Scottish UFC fighter Paul Craig is aiming to become Scotland's answer to Demian Maia, as he believes his fighting style closely resembles that of the Brazilian grappling ace.
Craig (14-4-1), who is originally from Airdrie but now living in Coatbridge, returns to action this Saturday when he meets Jamahal 'Sweet Dreams' Hill in a three-round light-heavyweight bout on the main card of UFC 263 at the Gila River Arena in Arizona.
Fighting out of Grant Rapids, Michigan, Hill has made no secret of his desire to establish himself as a legitimate 205-pound contender, telling Line Movement earlier this year he will knock Craig out if he gets the chance to, but the Scotsman has plans of his own to put a dent in his title ambitions.
Speaking exclusively to GIVEMESPORT, Craig said that Maia is his biggest source of inspiration because of the way he has maintained his status as an elite-level fighter over the years. Maia also fights Belal Muhammad on the same card.
"I would like to be the Demian Maia of my division," said the 33-year-old. "That's what I would like, because Demian Maia, you know he's tough, he's very, very good at striking, but his jujitsu is wizardry.
"And that's why I'd like to have, I'd like to have this air of mystique about me, that 'Paul Craig's jiujitsu is this...'
"You know, we've seen that in Jamahal's interviews, like Jamahal is worried about my jiu-jitsu, and every time he's done an interview, nobody's asking about his jiu-jitsu.
"They're not even mentioning his jiu-jitsu but he's bringing it up because it's playing on the back of his mind.
"It's nice to be recognised as something and it's nice to be the ju-jitsu guy of the division.
"I didn't enjoy that when I first started, I didn't want to be that guy. I wanted to be an all-round fighter.
But I think you need to steer into your strengths, don't you? Rather than steering into your weaknesses, you know, trying to stand and spar with people when you're not the best striker."
Craig, 31, has won three out of his last four UFC fights, including wins over Gadzhimurad Antigulov, which earned him a Performance of the Night bonus, and former UFC light-heavyweight champion Mauricio 'Shogun' Rua.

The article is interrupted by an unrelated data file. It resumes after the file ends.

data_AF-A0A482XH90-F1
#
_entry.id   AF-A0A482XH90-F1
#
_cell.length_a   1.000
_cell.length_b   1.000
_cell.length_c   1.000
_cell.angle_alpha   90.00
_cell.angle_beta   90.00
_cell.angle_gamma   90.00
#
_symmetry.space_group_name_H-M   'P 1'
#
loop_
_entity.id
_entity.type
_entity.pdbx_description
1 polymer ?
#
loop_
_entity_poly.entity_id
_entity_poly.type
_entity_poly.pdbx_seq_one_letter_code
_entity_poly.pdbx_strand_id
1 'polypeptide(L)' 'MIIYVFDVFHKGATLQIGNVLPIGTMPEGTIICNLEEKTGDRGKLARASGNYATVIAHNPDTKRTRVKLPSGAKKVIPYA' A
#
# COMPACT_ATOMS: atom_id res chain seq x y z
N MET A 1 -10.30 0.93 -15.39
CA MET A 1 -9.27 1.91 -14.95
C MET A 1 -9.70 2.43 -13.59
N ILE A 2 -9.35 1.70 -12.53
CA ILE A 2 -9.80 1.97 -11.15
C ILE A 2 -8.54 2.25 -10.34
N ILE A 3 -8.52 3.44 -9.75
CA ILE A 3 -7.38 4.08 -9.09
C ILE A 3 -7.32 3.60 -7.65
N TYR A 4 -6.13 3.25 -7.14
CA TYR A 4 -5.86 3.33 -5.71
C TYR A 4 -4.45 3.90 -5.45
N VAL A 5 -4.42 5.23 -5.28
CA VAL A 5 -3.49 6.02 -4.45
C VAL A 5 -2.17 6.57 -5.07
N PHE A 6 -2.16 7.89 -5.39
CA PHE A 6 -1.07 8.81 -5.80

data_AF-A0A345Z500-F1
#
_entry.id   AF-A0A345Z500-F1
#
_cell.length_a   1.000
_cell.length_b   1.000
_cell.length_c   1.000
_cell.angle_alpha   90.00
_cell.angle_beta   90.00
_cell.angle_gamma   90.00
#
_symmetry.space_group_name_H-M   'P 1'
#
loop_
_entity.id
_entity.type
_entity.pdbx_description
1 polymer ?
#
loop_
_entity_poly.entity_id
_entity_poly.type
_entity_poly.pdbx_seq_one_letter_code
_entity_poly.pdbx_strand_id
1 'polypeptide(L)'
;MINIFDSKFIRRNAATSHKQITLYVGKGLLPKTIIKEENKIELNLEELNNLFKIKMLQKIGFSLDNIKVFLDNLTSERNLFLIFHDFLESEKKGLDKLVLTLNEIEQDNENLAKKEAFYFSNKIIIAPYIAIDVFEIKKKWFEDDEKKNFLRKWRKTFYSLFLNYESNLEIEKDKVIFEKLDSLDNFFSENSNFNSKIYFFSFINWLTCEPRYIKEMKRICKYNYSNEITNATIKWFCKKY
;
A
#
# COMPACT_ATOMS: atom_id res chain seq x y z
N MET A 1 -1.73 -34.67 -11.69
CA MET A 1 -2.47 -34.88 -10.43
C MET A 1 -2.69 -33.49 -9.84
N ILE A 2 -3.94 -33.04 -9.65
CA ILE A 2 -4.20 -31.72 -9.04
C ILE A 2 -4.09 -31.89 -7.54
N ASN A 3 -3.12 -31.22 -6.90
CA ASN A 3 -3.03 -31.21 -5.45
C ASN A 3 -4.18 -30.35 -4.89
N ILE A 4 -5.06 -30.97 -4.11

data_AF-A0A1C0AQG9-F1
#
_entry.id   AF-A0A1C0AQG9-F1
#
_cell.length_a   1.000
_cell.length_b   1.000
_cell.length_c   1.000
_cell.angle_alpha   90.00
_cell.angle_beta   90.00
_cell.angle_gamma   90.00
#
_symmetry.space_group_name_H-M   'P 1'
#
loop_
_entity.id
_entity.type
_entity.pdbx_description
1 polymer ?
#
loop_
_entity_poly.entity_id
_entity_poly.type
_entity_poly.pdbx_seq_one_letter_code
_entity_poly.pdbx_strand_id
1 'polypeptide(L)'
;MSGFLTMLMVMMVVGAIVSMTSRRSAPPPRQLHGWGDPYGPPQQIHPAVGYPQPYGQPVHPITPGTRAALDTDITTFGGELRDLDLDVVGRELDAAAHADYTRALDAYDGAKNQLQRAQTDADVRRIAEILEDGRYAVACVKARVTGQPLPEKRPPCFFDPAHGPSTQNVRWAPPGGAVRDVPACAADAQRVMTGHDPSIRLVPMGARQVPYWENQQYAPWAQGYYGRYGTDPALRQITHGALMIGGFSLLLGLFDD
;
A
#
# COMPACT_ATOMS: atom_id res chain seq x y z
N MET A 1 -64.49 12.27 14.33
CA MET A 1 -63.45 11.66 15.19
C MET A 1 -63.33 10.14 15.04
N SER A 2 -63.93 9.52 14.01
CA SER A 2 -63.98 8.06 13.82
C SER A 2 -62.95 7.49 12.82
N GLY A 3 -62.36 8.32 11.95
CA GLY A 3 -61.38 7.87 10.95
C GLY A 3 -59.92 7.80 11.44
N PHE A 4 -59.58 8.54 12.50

'Bearjew' attributes his recent success to the rise of mixed martial arts in the United Kingdom, which he believes has been fuelled by the emergence of homegrown coaches.
He also singled out undefeated amateur fighter Michael Blair for special praise as an exciting up-and-coming prospect.
"You know what, our ju-jitsu level is getting far better than it ever was," said Craig. "I think with the US having wrestling as a base for a long time, they were miles ahead of everyone else in the grappling exchanges, and then you had the Brazilians, who were taught ju-jitsu when they were kids.
"Now, us UK guys are getting far better coaching, there's far better resources out there to learn new techniques, so we're getting this new wave of ju-jitsu fighters who are ripping people's legs off.
"Going back to the 'Wild West' days of MMA - that's what I like to call it, like, probably going back 10 years ago, when I first started, it was like the 'Wild West'. You had guys who could only do one thing, you had strikers, you had grapplers, you had wrestlers.
"Now, we're having these new athletes coming through and there's guys in the gym... I've got a guy in the gym who weighs 77 kg, and I weigh like 100 and, let's say, like, 105 kg.
"So I'm a massive bet heavier than him and he can give me my dinner. Like, he's one of these guys where I call him 'the masterpiece'. And he comes in and just pieces me up.
"And it's one of those ones where the coach tells me, 'right, you're wrestling Michael Blair', and I'm like, 'can I not go with somebody else?' Because he comes in and just gives me it all and, as I said, he's only 77 kg, I should be able to outmuscle him! But it's all part of this new wave of ju-jitsu, MMA athletes who are coming through in the UK."
As for what the future will hold, Craig hinted he will wait and see how the title picture plays out, but hopes to be fighting for the title by this time next year .
He continued: "The way the division is at the moment, because there's so much movement going on, you've got guys who have only had two fights and already talking about title shots, there's so much movement in it.
"And you've still got the OG's like Glover Teixeira, you know, waiting for his title shot. I'd love to see him become a champion, just because he's coming up in his 40's, it'd be a great story to tell, like this guy has done his grind and he's now got his title.
"Ultimately, I'd like to be there or thereabouts by the end of 2021, I'd like to be the contender in 2022. Obviously, I'd like to have been there a lot sooner. But last year, as we've said, it's been upside down for everybody.
"There's guys who I've fought and are further up the rankings than me and there's guys who I've beat who are further up the rankings than me, but that's part of the job, isn't it?
"If my boss tells me I'm No. 14, then I'm No. 14. If my boss tells me I'm not getting that title shot until 2025 then that's when I'm getting it. That's just the way it is."News Now - Sport News